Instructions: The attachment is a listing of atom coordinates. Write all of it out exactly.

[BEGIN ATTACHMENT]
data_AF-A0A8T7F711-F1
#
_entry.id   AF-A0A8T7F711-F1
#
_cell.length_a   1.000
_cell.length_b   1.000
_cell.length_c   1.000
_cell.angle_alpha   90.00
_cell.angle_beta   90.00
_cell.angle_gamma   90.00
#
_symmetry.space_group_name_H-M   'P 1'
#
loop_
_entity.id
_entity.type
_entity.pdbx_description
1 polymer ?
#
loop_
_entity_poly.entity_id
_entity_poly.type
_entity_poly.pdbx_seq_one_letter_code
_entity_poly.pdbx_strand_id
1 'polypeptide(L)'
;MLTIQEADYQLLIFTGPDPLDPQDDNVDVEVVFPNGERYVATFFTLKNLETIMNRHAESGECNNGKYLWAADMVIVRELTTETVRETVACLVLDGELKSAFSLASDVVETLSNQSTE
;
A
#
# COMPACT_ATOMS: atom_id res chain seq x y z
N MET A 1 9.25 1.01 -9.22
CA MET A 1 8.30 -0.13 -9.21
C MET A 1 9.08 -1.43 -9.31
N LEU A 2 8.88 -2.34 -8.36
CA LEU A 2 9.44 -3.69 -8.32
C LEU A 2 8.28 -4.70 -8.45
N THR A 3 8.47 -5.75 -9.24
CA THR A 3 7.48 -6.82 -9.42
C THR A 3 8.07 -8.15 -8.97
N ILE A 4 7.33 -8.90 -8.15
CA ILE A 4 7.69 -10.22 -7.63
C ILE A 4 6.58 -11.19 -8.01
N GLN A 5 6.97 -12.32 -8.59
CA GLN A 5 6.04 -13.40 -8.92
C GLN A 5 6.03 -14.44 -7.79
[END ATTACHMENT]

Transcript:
data_AF-A0A8T7F711-F1
#
_entry.id   AF-A0A8T7F711-F1
#
_cell.length_a   1.000
_cell.length_b   1.000
_cell.length_c   1.000
_cell.angle_alpha   90.00
_cell.angle_beta   90.00
_cell.angle_gamma   90.00
#
_symmetry.space_group_name_H-M   'P 1'
#
loop_
_entity.id
_entity.type
_entity.pdbx_description
1 polymer ?
#
loop_
_entity_poly.entity_id
_entity_poly.type
_entity_poly.pdbx_seq_one_letter_code
_entity_poly.pdbx_strand_id
1 'polypeptide(L)'
;MLTIQEADYQLLIFTGPDPLDPQDDNVDVEVVFPNGERYVATFFTLKNLETIMNRHAESGECNNGKYLWAADMVIVRELTTETVRETVACLVLDGELKSAFSLASDVVETLSNQSTE
;
A
#
# COMPACT_ATOMS: atom_id res chain seq x y z
N MET A 1 9.25 1.01 -9.22
CA MET A 1 8.30 -0.13 -9.21
C MET A 1 9.08 -1.43 -9.31
N LEU A 2 8.88 -2.34 -8.36
CA LEU A 2 9.44 -3.69 -8.32
C LEU A 2 8.28 -4.70 -8.45
N THR A 3 8.47 -5.75 -9.24
CA THR A 3 7.48 -6.82 -9.42
C THR A 3 8.07 -8.15 -8.97
N ILE A 4 7.33 -8.90 -8.15
CA ILE A 4 7.69 -10.22 -7.63
C ILE A 4 6.58 -11.19 -8.01
N GLN A 5 6.97 -12.32 -8.59
CA GLN A 5 6.04 -13.40 -8.92
C GLN A 5 6.03 -14.44 -7.79